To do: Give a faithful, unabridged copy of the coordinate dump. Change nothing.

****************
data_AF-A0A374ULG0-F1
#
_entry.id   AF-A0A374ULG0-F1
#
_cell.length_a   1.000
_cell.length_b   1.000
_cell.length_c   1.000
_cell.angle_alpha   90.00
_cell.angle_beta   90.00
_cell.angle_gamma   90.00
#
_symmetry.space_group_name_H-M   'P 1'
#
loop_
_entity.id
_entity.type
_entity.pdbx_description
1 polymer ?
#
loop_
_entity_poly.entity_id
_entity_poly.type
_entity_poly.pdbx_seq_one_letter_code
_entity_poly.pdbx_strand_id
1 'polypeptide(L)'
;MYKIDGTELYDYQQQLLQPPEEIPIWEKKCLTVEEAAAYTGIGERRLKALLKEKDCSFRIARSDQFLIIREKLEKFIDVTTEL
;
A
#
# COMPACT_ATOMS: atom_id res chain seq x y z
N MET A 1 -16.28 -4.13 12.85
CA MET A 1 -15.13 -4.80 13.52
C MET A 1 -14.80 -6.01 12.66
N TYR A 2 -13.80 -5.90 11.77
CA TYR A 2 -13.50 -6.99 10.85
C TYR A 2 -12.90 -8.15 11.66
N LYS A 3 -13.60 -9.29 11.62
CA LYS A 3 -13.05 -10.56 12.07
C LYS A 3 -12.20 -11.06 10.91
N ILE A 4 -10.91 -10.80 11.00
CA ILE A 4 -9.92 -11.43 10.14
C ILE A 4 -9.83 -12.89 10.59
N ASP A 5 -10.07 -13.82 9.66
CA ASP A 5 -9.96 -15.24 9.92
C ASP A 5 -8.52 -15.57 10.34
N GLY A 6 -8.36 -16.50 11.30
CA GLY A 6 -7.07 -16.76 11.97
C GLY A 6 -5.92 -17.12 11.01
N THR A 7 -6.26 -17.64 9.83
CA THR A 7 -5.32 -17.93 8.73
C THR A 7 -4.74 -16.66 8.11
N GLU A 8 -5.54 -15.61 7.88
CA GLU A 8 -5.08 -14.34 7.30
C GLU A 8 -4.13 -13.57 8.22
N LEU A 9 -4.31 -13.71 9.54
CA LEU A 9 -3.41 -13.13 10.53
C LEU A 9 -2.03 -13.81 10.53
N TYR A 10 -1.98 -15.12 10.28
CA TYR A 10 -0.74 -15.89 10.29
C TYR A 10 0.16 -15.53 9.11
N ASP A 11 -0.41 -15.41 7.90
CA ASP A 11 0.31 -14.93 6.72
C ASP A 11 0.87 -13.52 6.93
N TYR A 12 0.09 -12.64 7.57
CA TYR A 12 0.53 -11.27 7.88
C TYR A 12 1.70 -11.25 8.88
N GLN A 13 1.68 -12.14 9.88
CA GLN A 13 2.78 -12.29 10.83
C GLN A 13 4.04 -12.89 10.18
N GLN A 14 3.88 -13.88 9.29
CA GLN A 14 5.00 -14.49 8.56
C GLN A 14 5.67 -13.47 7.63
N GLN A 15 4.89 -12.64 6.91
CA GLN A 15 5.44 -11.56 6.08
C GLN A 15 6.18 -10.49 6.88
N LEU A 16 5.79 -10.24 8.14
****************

data_AF-A0A374ULG0-F1
#
_entry.id   AF-A0A374ULG0-F1
#
_cell.length_a   1.000
_cell.length_b   1.000
_cell.length_c   1.000
_cell.angle_alpha   90.00
_cell.angle_beta   90.00
_cell.angle_gamma   90.00
#
_symmetry.space_group_name_H-M   'P 1'
#
loop_
_entity.id
_entity.type
_entity.pdbx_description
1 polymer ?
#
loop_
_entity_poly.entity_id
_entity_poly.type
_entity_poly.pdbx_seq_one_letter_code
_entity_poly.pdbx_strand_id
1 'polypeptide(L)'
;MYKIDGTELYDYQQQLLQPPEEIPIWEKKCLTVEEAAAYTGIGERRLKALLKEKDCSFRIARSDQFLIIREKLEKFIDVTTEL
;
A
#
# COMPACT_ATOMS: atom_id res chain seq x y z
N MET A 1 -16.28 -4.13 12.85
CA MET A 1 -15.13 -4.80 13.52
C MET A 1 -14.80 -6.01 12.66
N TYR A 2 -13.80 -5.90 11.77
CA TYR A 2 -13.50 -6.99 10.85
C TYR A 2 -12.90 -8.15 11.66
N LYS A 3 -13.60 -9.29 11.62
CA LYS A 3 -13.05 -10.56 12.07
C LYS A 3 -12.20 -11.06 10.91
N ILE A 4 -10.91 -10.80 11.00
CA ILE A 4 -9.92 -11.43 10.14
C ILE A 4 -9.83 -12.89 10.59
N ASP A 5 -10.07 -13.82 9.66
CA ASP A 5 -9.96 -15.24 9.92
C ASP A 5 -8.52 -15.57 10.34
N GLY A 6 -8.36 -16.50 11.30
CA GLY A 6 -7.07 -16.76 11.97
C GLY A 6 -5.92 -17.12 11.01
N THR A 7 -6.26 -17.64 9.83
CA THR A 7 -5.32 -17.93 8.73
C THR A 7 -4.74 -16.66 8.11
N GLU A 8 -5.54 -15.61 7.88
CA GLU A 8 -5.08 -14.34 7.30
C GLU A 8 -4.13 -13.57 8.22
N LEU A 9 -4.31 -13.71 9.54
CA LEU A 9 -3.41 -13.13 10.53
C LEU A 9 -2.03 -13.81 10.53
N TYR A 10 -1.98 -15.12 10.28
CA TYR A 10 -0.74 -15.89 10.29
C TYR A 10 0.16 -15.53 9.11
N ASP A 11 -0.41 -15.41 7.90
CA ASP A 11 0.31 -14.93 6.72
C ASP A 11 0.87 -13.52 6.93
N TYR A 12 0.09 -12.64 7.57
CA TYR A 12 0.53 -11.27 7.88
C TYR A 12 1.70 -11.25 8.88
N GLN A 13 1.68 -12.14 9.88
CA GLN A 13 2.78 -12.29 10.83
C GLN A 13 4.04 -12.89 10.18
N GLN A 14 3.88 -13.88 9.29
CA GLN A 14 5.00 -14.49 8.56
C GLN A 14 5.67 -13.47 7.63
N GLN A 15 4.89 -12.64 6.91
CA GLN A 15 5.44 -11.56 6.08
C GLN A 15 6.18 -10.49 6.88
N LEU A 16 5.79 -10.24 8.14